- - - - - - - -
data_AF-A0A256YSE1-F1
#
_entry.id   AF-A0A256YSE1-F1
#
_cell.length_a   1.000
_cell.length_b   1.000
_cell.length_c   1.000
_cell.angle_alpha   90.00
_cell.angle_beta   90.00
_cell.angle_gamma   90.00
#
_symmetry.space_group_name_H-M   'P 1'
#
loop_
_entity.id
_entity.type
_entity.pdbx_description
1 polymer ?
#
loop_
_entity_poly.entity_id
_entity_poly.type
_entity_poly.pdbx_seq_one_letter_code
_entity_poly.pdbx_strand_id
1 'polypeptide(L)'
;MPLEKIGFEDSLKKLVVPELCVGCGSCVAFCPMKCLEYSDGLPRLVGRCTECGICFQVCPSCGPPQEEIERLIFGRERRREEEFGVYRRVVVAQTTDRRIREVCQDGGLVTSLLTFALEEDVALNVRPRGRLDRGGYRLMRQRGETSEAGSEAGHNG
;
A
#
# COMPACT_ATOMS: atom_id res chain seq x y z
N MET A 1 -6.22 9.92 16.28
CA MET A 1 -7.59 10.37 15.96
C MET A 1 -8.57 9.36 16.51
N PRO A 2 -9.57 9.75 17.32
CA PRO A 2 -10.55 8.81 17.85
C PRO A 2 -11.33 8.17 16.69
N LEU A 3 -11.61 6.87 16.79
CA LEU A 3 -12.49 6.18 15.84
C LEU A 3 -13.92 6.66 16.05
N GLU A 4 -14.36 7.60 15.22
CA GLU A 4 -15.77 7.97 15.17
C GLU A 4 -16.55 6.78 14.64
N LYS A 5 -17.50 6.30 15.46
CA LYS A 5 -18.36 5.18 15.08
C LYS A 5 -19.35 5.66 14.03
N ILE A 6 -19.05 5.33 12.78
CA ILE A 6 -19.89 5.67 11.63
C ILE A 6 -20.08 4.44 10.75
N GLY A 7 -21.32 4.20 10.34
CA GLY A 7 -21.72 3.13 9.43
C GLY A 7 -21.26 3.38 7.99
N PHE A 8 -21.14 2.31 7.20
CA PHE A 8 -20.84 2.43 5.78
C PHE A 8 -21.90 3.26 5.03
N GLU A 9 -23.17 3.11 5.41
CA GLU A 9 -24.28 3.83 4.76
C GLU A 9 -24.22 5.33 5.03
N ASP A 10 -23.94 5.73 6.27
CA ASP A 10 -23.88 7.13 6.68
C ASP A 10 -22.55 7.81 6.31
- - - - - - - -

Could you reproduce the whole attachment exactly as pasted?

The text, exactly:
data_AF-A0A256YSE1-F1
#
_entry.id   AF-A0A256YSE1-F1
#
_cell.length_a   1.000
_cell.length_b   1.000
_cell.length_c   1.000
_cell.angle_alpha   90.00
_cell.angle_beta   90.00
_cell.angle_gamma   90.00
#
_symmetry.space_group_name_H-M   'P 1'
#
loop_
_entity.id
_entity.type
_entity.pdbx_description
1 polymer ?
#
loop_
_entity_poly.entity_id
_entity_poly.type
_entity_poly.pdbx_seq_one_letter_code
_entity_poly.pdbx_strand_id
1 'polypeptide(L)'
;MPLEKIGFEDSLKKLVVPELCVGCGSCVAFCPMKCLEYSDGLPRLVGRCTECGICFQVCPSCGPPQEEIERLIFGRERRREEEFGVYRRVVVAQTTDRRIREVCQDGGLVTSLLTFALEEDVALNVRPRGRLDRGGYRLMRQRGETSEAGSEAGHNG
;
A
#
# COMPACT_ATOMS: atom_id res chain seq x y z
N MET A 1 -6.22 9.92 16.28
CA MET A 1 -7.59 10.37 15.96
C MET A 1 -8.57 9.36 16.51
N PRO A 2 -9.57 9.75 17.32
CA PRO A 2 -10.55 8.81 17.85
C PRO A 2 -11.33 8.17 16.69
N LEU A 3 -11.61 6.87 16.79
CA LEU A 3 -12.49 6.18 15.84
C LEU A 3 -13.92 6.66 16.05
N GLU A 4 -14.36 7.60 15.22
CA GLU A 4 -15.77 7.97 15.17
C GLU A 4 -16.55 6.78 14.64
N LYS A 5 -17.50 6.30 15.46
CA LYS A 5 -18.36 5.18 15.08
C LYS A 5 -19.35 5.66 14.03
N ILE A 6 -19.05 5.33 12.78
CA ILE A 6 -19.89 5.67 11.63
C ILE A 6 -20.08 4.44 10.75
N GLY A 7 -21.32 4.20 10.34
CA GLY A 7 -21.72 3.13 9.43
C GLY A 7 -21.26 3.38 7.99
N PHE A 8 -21.14 2.31 7.20
CA PHE A 8 -20.84 2.43 5.78
C PHE A 8 -21.90 3.26 5.03
N GLU A 9 -23.17 3.11 5.41
CA GLU A 9 -24.28 3.83 4.76
C GLU A 9 -24.22 5.33 5.03
N ASP A 10 -23.94 5.73 6.27
CA ASP A 10 -23.88 7.13 6.68
C ASP A 10 -22.55 7.81 6.31